Image Matting using Machine Learning

Image matting is an interesting problem in computer vision that deals with identifying the foreground and background components of an image. While this may seem a fairly easy task, sometimes even experienced graphics professional find it difficult.

Lets see the very famous example of dandelion image.

Our task is to separate the background (green) and the foreground (flower).

I am sure you must have noticed these:

  1. The edges of the flower are not geometrical. You can’t draw a line or something to divide.
  2. No matter how much you zoom you are more than likely to screw up with fine areas.
  3. Due to the nature of light and our vision, some edges can’t be divided into foreground and background completely.  They are like 20% background and 80% foreground.

This is a very important problem because most of the Hollywood movies are shot in green background. During post production someone needs to get rid of the green background and replace it with something which aligns with the movie theme.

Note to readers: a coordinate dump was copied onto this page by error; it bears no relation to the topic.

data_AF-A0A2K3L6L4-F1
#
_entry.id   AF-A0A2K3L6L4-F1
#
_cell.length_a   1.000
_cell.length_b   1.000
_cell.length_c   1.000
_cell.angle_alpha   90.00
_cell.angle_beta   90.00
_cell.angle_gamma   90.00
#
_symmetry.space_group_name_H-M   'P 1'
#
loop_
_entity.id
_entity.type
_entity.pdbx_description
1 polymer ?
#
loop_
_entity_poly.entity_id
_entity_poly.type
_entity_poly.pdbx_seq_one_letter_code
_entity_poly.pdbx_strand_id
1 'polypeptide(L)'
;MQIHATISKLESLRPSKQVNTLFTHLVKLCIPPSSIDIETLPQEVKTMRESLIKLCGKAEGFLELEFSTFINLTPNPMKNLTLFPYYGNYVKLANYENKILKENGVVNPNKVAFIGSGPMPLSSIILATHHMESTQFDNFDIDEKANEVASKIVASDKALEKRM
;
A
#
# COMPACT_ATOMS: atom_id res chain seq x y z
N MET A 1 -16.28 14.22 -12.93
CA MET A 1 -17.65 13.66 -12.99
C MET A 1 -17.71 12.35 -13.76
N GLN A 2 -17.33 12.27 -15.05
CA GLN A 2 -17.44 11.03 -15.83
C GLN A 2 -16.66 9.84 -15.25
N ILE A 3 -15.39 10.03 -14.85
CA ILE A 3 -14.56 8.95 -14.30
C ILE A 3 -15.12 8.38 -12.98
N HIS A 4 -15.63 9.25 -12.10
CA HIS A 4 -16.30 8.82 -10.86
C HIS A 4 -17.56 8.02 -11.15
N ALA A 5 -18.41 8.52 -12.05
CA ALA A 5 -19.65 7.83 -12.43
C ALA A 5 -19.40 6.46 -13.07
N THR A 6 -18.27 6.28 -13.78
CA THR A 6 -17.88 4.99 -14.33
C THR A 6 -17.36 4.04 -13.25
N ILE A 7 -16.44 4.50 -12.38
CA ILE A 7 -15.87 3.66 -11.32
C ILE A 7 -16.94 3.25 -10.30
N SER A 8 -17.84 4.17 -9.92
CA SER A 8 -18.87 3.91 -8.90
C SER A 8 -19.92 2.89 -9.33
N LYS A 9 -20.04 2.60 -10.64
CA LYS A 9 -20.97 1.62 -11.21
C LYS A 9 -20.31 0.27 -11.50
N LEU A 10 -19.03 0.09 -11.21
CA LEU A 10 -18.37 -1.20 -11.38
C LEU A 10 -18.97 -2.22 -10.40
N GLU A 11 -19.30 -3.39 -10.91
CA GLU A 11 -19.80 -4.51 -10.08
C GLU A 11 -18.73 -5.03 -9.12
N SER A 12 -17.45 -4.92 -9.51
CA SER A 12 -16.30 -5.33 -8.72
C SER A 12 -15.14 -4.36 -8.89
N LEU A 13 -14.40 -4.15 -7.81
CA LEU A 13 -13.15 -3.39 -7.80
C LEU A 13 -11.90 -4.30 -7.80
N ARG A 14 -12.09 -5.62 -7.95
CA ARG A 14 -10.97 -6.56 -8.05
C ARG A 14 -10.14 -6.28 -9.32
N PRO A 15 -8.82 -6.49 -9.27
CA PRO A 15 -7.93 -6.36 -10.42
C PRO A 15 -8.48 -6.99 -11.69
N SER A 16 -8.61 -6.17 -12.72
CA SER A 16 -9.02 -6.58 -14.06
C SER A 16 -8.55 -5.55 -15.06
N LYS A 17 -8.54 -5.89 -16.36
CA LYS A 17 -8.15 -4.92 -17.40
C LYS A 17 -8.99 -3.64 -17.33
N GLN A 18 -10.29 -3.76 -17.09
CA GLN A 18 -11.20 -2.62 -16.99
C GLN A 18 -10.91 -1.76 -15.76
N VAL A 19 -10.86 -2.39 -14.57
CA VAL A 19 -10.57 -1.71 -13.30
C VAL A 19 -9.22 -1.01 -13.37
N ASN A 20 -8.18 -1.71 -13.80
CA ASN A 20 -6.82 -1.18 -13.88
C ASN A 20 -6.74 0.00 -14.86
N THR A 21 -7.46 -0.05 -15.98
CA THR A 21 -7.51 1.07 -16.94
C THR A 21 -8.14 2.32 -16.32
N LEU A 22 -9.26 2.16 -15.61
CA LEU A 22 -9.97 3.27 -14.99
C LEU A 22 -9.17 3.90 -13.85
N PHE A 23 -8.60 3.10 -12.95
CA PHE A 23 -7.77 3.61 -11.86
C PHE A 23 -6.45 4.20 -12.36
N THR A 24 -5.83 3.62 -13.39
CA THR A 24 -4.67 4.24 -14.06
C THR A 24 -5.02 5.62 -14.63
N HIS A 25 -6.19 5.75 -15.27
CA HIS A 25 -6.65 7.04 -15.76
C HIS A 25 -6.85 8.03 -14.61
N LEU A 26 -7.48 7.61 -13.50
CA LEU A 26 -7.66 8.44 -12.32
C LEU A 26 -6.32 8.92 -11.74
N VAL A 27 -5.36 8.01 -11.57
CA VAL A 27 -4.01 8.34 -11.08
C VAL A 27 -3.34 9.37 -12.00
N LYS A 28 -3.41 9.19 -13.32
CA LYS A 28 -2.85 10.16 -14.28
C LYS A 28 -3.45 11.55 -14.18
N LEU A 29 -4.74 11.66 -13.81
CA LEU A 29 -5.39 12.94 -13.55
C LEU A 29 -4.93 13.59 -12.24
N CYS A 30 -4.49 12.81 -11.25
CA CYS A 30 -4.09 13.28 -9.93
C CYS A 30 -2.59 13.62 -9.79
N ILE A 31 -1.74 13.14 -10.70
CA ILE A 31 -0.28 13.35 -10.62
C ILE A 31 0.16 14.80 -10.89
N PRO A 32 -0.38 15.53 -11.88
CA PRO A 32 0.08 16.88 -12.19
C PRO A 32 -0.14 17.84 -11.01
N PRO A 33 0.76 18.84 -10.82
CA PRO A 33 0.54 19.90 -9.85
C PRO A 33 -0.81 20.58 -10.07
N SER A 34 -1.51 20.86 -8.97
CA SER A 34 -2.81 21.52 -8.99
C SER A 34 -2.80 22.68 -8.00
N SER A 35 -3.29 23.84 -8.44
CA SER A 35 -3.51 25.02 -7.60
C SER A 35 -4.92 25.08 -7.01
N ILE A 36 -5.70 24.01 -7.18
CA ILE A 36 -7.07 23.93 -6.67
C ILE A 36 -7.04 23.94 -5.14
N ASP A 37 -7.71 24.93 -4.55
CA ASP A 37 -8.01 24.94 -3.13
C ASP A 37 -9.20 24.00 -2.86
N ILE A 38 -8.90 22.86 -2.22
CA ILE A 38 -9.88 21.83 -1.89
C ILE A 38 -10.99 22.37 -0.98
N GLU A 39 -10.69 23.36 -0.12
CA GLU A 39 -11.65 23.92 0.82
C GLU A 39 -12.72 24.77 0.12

Do you know there is a website called http://www.alphamatting.com/ where you can download a trial dataset and evaluate your matting algorithm.  You will find a number of papers and statistics on different approaches to matting.

Typically you would take the input image and generate an alpha mat, which indicates the probability of being a foreground. An example from the alpha matting site is this picture.

 

The alpha mat for the above image would be

 

 

Our goal today is to try and generate a similar Mat for our Dandelion image.

Lets formulate the problem

For each pixel in a given image, identify the probability that a pixel is foreground or background

Now, lets get back to figuring out a simple solution using Machine Learning. We will solve this problem using a Linear Regression first and then using a Neural Network.

To get started, we will use something called a Trimap. A Trimap is a kind of one-time input from the user that highlights pixels that are definitely foreground and those that are definitely background. These don’t need to be large, even 2-5% of total pixels is pretty good for working out a solution.

For our Dandelion example, the Trimap would be